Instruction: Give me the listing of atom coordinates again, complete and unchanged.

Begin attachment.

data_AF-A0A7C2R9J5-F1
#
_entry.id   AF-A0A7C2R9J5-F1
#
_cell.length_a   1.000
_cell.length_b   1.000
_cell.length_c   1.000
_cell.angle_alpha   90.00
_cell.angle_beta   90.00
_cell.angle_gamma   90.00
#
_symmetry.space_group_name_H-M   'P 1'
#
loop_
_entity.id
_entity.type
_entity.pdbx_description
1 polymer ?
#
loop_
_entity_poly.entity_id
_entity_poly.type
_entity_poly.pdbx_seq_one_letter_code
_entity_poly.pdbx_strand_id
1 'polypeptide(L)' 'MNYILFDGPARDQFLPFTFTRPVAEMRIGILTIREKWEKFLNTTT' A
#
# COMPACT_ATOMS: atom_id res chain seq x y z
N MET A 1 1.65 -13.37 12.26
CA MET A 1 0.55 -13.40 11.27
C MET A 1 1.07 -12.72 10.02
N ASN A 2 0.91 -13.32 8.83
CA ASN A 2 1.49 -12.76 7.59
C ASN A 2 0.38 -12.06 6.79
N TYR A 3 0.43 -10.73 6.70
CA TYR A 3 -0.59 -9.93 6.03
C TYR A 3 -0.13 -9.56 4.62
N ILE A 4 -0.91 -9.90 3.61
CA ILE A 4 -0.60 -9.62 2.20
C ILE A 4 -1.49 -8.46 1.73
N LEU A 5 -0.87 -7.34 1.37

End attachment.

data_AF-A0A7C2R9J5-F1
#
_entry.id   AF-A0A7C2R9J5-F1
#
_cell.length_a   1.000
_cell.length_b   1.000
_cell.length_c   1.000
_cell.angle_alpha   90.00
_cell.angle_beta   90.00
_cell.angle_gamma   90.00
#
_symmetry.space_group_name_H-M   'P 1'
#
loop_
_entity.id
_entity.type
_entity.pdbx_description
1 polymer ?
#
loop_
_entity_poly.entity_id
_entity_poly.type
_entity_poly.pdbx_seq_one_letter_code
_entity_poly.pdbx_strand_id
1 'polypeptide(L)' 'MNYILFDGPARDQFLPFTFTRPVAEMRIGILTIREKWEKFLNTTT' A
#
# COMPACT_ATOMS: atom_id res chain seq x y z
N MET A 1 1.65 -13.37 12.26
CA MET A 1 0.55 -13.40 11.27
C MET A 1 1.07 -12.72 10.02
N ASN A 2 0.91 -13.32 8.83
CA ASN A 2 1.49 -12.76 7.59
C ASN A 2 0.38 -12.06 6.79
N TYR A 3 0.43 -10.73 6.70
CA TYR A 3 -0.59 -9.93 6.03
C TYR A 3 -0.13 -9.56 4.62
N ILE A 4 -0.91 -9.90 3.61
CA ILE A 4 -0.60 -9.62 2.20
C ILE A 4 -1.49 -8.46 1.73
N LEU A 5 -0.87 -7.34 1.37